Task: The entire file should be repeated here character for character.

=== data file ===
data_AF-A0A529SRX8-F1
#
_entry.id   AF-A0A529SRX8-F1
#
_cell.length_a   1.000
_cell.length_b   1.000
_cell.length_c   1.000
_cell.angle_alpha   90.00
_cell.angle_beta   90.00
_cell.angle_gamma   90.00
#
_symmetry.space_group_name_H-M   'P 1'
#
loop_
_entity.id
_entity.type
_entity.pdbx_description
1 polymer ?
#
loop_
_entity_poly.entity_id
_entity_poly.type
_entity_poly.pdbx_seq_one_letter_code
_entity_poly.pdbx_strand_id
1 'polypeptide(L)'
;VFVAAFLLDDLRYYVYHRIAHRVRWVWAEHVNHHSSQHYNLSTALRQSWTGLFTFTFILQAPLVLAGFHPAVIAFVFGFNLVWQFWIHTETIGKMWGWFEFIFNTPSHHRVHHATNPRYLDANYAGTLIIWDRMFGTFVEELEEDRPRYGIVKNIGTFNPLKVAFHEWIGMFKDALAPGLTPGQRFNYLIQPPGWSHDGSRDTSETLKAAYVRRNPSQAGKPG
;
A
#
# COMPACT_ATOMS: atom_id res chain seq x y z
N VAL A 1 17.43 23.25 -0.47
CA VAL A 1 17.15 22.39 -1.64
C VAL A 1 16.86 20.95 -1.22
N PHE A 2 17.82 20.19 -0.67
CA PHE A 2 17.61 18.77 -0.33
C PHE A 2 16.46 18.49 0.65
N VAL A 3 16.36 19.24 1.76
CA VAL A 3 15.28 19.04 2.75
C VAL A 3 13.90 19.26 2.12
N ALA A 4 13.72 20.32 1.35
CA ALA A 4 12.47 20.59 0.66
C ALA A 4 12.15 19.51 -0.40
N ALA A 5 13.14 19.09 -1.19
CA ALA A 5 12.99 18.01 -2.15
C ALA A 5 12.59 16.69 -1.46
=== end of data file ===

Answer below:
data_AF-A0A529SRX8-F1
#
_entry.id   AF-A0A529SRX8-F1
#
_cell.length_a   1.000
_cell.length_b   1.000
_cell.length_c   1.000
_cell.angle_alpha   90.00
_cell.angle_beta   90.00
_cell.angle_gamma   90.00
#
_symmetry.space_group_name_H-M   'P 1'
#
loop_
_entity.id
_entity.type
_entity.pdbx_description
1 polymer ?
#
loop_
_entity_poly.entity_id
_entity_poly.type
_entity_poly.pdbx_seq_one_letter_code
_entity_poly.pdbx_strand_id
1 'polypeptide(L)'
;VFVAAFLLDDLRYYVYHRIAHRVRWVWAEHVNHHSSQHYNLSTALRQSWTGLFTFTFILQAPLVLAGFHPAVIAFVFGFNLVWQFWIHTETIGKMWGWFEFIFNTPSHHRVHHATNPRYLDANYAGTLIIWDRMFGTFVEELEEDRPRYGIVKNIGTFNPLKVAFHEWIGMFKDALAPGLTPGQRFNYLIQPPGWSHDGSRDTSETLKAAYVRRNPSQAGKPG
;
A
#
# COMPACT_ATOMS: atom_id res chain seq x y z
N VAL A 1 17.43 23.25 -0.47
CA VAL A 1 17.15 22.39 -1.64
C VAL A 1 16.86 20.95 -1.22
N PHE A 2 17.82 20.19 -0.67
CA PHE A 2 17.61 18.77 -0.33
C PHE A 2 16.46 18.49 0.65
N VAL A 3 16.36 19.24 1.76
CA VAL A 3 15.28 19.04 2.75
C VAL A 3 13.90 19.26 2.12
N ALA A 4 13.72 20.32 1.35
CA ALA A 4 12.47 20.59 0.66
C ALA A 4 12.15 19.51 -0.40
N ALA A 5 13.14 19.09 -1.19
CA ALA A 5 12.99 18.01 -2.15
C ALA A 5 12.59 16.69 -1.46